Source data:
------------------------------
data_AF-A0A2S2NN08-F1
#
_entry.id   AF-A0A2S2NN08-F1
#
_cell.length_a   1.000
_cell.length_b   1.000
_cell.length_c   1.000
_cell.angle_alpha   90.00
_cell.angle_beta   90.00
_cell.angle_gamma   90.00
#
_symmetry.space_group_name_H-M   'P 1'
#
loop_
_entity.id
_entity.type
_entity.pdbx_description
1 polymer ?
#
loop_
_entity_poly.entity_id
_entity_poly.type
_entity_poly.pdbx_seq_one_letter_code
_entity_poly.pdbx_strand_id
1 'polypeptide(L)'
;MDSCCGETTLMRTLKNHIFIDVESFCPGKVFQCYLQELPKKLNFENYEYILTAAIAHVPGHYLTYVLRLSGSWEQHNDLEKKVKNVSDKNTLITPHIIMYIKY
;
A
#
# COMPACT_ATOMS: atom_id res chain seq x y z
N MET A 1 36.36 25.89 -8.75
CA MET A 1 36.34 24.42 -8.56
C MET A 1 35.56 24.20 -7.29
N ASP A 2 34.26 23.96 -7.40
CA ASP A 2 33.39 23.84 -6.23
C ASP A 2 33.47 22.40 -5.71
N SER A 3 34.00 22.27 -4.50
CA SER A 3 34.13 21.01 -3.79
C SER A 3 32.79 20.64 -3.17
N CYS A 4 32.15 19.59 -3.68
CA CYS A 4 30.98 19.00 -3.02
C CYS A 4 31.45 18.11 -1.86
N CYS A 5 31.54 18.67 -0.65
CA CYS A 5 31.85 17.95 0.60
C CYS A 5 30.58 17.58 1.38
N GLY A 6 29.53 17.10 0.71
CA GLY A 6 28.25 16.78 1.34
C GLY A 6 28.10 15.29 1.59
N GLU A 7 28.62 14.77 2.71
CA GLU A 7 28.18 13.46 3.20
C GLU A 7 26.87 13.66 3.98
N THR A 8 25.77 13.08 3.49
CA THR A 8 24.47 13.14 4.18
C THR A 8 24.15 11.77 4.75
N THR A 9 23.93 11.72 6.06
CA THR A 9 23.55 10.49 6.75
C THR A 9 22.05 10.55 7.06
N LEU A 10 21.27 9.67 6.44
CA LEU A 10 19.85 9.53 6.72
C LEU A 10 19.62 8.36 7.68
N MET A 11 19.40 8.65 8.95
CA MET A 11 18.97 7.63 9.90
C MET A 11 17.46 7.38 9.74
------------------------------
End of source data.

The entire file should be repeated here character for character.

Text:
data_AF-A0A2S2NN08-F1
#
_entry.id   AF-A0A2S2NN08-F1
#
_cell.length_a   1.000
_cell.length_b   1.000
_cell.length_c   1.000
_cell.angle_alpha   90.00
_cell.angle_beta   90.00
_cell.angle_gamma   90.00
#
_symmetry.space_group_name_H-M   'P 1'
#
loop_
_entity.id
_entity.type
_entity.pdbx_description
1 polymer ?
#
loop_
_entity_poly.entity_id
_entity_poly.type
_entity_poly.pdbx_seq_one_letter_code
_entity_poly.pdbx_strand_id
1 'polypeptide(L)'
;MDSCCGETTLMRTLKNHIFIDVESFCPGKVFQCYLQELPKKLNFENYEYILTAAIAHVPGHYLTYVLRLSGSWEQHNDLEKKVKNVSDKNTLITPHIIMYIKY
;
A
#
# COMPACT_ATOMS: atom_id res chain seq x y z
N MET A 1 36.36 25.89 -8.75
CA MET A 1 36.34 24.42 -8.56
C MET A 1 35.56 24.20 -7.29
N ASP A 2 34.26 23.96 -7.40
CA ASP A 2 33.39 23.84 -6.23
C ASP A 2 33.47 22.40 -5.71
N SER A 3 34.00 22.27 -4.50
CA SER A 3 34.13 21.01 -3.79
C SER A 3 32.79 20.64 -3.17
N CYS A 4 32.15 19.59 -3.68
CA CYS A 4 30.98 19.00 -3.02
C CYS A 4 31.45 18.11 -1.86
N CYS A 5 31.54 18.67 -0.65
CA CYS A 5 31.85 17.95 0.60
C CYS A 5 30.58 17.58 1.38
N GLY A 6 29.53 17.10 0.71
CA GLY A 6 28.25 16.78 1.34
C GLY A 6 28.10 15.29 1.59
N GLU A 7 28.62 14.77 2.71
CA GLU A 7 28.18 13.46 3.20
C GLU A 7 26.87 13.66 3.98
N THR A 8 25.77 13.08 3.49
CA THR A 8 24.47 13.14 4.18
C THR A 8 24.15 11.77 4.75
N THR A 9 23.93 11.72 6.06
CA THR A 9 23.55 10.49 6.75
C THR A 9 22.05 10.55 7.06
N LEU A 10 21.27 9.67 6.44
CA LEU A 10 19.85 9.53 6.72
C LEU A 10 19.62 8.36 7.68
N MET A 11 19.40 8.65 8.95
CA MET A 11 18.97 7.63 9.90
C MET A 11 17.46 7.38 9.74